Lakeland and the Borders with Scotland

You will be transported through the  UNESCO World Heritage Site, located in Cumbria in northwest England, the Lake District is a mountainous area, whose valleys have been modelled by glaciers over successive Ice Ages and subsequently shaped by an agro-pastoral land-use system characterized by fields enclosed by walls. The combined work of nature and human activity has produced a harmonious landscape in which the mountains are mirrored in the lakes. Grand houses, gardens and parks have been purposely created to enhance the landscape’s beauty. This landscape was greatly appreciated from the 18th century onwards by the Picturesque and later Romantic movements, which celebrated it in paintings, drawings, and especially poems and literature. It also inspired an awareness of the importance of beautiful landscapes and triggered early efforts to preserve them. With over a dozen lakes and two hundred summits to choose from - the opportunities for touring are limitless.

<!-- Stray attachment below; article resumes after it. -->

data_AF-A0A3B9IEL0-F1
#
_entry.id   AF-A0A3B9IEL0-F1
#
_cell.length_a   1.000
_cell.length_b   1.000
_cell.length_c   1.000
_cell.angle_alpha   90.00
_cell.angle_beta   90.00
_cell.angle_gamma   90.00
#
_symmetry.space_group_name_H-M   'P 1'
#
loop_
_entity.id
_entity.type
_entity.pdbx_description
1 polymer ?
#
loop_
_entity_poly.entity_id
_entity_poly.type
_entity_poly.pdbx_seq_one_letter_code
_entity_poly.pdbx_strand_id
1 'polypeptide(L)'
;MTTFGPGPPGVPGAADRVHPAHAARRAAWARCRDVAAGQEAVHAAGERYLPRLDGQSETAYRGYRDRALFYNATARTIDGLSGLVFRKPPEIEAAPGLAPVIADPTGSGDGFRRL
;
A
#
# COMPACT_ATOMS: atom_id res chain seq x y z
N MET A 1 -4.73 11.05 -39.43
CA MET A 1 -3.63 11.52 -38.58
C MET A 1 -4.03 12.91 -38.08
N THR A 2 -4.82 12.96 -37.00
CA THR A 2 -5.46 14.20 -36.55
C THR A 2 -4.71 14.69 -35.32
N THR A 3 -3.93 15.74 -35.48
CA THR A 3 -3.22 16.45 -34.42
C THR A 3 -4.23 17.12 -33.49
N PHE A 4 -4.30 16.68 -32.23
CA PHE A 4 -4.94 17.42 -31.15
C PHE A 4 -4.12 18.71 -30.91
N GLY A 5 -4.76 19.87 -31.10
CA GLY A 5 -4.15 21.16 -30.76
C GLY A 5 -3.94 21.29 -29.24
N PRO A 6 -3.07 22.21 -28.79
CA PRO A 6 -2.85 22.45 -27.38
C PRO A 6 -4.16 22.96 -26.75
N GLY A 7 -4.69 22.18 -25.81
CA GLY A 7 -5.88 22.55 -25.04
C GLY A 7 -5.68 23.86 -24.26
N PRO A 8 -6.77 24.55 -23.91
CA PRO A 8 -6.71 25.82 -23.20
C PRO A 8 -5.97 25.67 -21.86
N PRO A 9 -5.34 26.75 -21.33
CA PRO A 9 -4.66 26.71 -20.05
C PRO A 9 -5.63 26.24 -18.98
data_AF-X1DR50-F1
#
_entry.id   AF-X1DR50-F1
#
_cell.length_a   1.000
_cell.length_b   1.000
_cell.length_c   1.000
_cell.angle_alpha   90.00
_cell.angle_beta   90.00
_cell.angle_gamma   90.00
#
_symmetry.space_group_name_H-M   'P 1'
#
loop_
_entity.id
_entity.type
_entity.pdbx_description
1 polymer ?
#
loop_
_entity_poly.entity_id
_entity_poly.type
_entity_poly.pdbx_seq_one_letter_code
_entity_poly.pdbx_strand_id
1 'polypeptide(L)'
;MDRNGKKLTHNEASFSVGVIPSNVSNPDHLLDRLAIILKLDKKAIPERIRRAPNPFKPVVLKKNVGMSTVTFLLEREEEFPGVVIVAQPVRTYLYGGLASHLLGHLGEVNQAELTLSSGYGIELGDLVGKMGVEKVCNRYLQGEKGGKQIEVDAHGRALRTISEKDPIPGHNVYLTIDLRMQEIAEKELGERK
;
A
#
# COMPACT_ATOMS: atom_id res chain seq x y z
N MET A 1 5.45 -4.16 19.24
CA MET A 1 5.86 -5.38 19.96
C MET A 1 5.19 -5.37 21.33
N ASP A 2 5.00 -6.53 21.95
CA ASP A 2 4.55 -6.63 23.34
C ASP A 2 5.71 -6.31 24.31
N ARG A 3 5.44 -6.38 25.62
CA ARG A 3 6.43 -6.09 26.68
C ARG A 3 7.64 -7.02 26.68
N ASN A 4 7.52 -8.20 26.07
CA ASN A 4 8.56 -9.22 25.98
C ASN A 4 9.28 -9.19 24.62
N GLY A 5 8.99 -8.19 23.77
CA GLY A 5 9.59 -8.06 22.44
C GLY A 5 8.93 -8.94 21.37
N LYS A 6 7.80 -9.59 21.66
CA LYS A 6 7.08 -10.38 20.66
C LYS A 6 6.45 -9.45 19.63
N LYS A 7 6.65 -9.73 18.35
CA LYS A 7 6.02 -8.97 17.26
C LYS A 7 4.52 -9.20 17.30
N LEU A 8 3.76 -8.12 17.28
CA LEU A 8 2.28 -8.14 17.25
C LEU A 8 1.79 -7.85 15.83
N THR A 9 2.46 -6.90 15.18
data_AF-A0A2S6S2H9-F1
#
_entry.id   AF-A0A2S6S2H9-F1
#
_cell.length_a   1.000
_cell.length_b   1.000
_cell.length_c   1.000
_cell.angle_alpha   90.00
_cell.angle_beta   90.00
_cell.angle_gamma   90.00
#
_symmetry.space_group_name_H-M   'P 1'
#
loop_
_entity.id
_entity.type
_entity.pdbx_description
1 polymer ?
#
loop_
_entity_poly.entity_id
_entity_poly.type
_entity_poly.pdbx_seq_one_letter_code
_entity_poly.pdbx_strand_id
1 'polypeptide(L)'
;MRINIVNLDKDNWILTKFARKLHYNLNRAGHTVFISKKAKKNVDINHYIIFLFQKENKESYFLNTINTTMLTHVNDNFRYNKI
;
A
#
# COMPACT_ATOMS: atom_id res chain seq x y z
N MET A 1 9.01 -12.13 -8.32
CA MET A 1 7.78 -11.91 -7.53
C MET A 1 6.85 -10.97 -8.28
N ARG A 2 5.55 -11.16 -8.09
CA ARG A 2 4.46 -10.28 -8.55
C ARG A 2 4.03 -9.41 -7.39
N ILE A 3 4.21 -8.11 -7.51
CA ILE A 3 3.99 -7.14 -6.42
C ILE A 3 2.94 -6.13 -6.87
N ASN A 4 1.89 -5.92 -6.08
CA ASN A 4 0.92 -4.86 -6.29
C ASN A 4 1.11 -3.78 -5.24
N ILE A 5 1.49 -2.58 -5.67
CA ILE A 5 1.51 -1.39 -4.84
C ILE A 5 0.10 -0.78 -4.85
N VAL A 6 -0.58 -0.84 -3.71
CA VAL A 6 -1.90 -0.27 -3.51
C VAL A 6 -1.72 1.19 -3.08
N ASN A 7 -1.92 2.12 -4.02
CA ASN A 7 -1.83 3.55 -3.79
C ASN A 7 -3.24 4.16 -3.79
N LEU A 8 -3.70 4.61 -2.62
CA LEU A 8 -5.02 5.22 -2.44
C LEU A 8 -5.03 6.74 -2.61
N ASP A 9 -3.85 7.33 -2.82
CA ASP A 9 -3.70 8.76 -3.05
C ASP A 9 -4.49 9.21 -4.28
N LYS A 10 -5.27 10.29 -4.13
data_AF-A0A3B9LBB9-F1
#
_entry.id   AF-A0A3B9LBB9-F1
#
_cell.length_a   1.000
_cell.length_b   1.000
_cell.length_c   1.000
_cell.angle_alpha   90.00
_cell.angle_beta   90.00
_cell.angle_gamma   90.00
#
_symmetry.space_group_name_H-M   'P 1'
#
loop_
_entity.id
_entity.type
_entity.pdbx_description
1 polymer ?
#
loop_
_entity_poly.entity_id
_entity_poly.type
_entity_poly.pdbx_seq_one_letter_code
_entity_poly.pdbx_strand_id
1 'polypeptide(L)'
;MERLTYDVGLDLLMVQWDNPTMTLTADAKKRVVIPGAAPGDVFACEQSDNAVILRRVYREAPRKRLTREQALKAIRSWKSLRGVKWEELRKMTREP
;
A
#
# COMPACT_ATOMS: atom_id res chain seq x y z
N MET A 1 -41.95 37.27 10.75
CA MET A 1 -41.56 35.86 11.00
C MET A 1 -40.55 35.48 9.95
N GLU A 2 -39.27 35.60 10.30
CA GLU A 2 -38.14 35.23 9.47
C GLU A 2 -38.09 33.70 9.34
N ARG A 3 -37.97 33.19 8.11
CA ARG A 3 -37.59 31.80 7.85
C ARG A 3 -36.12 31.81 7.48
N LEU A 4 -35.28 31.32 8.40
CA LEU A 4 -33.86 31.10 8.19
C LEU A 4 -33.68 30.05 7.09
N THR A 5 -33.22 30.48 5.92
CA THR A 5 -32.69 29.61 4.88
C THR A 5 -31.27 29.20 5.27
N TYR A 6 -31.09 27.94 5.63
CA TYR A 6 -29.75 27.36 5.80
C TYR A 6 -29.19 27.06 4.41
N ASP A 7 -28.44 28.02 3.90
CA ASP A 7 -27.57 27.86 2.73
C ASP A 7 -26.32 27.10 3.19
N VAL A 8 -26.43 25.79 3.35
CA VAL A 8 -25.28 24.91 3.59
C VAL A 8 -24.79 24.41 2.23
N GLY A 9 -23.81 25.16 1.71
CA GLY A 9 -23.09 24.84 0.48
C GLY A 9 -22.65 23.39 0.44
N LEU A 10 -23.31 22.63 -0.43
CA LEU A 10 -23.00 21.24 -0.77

A second World Heritage Site resides in the north of Cumbria - the great Roman Wall of Hadrian - Hadrian’s Wall was built on the orders of the Emperor Hadrian in the 2nd century AD, at the northernmost limits of the Roman province of Britannia and spans 73 miles (118km) from the Solway Coast to the mouth of the River Tyne. The remains of Hadrian's wall today consists of vestiges of built walls, ditches, forts, fortresses, watchtowers and civilian settlements. It is a striking example of the organization of a military zone. Stretching across dominantly striking countryside, the  extensive remnants, Roman roads, museums and visitor centres serve to illuminate to the visitor the defensive techniques and geopolitical strategies of ancient Rome.

An agro-pastoral landscape endows Cumbria with market towns of remarkable character. Two are so distinct they are categorised as 'Gem Towns', deemed to be "particularly splendid and precious" (there are only 51  Gem Towns in total, throughout the British Isles).

Cumbria also has an abundance of pre-historic sites and stone circles spanning the entire breadth of the county. Our land was also a place of extensive Viking migration from the 9th Century  onward - unquestionably the strongest cultural legacy surviving into the 21st Century - Myth abounds... but few are they who can explain it!

Create Your Own Website With Webador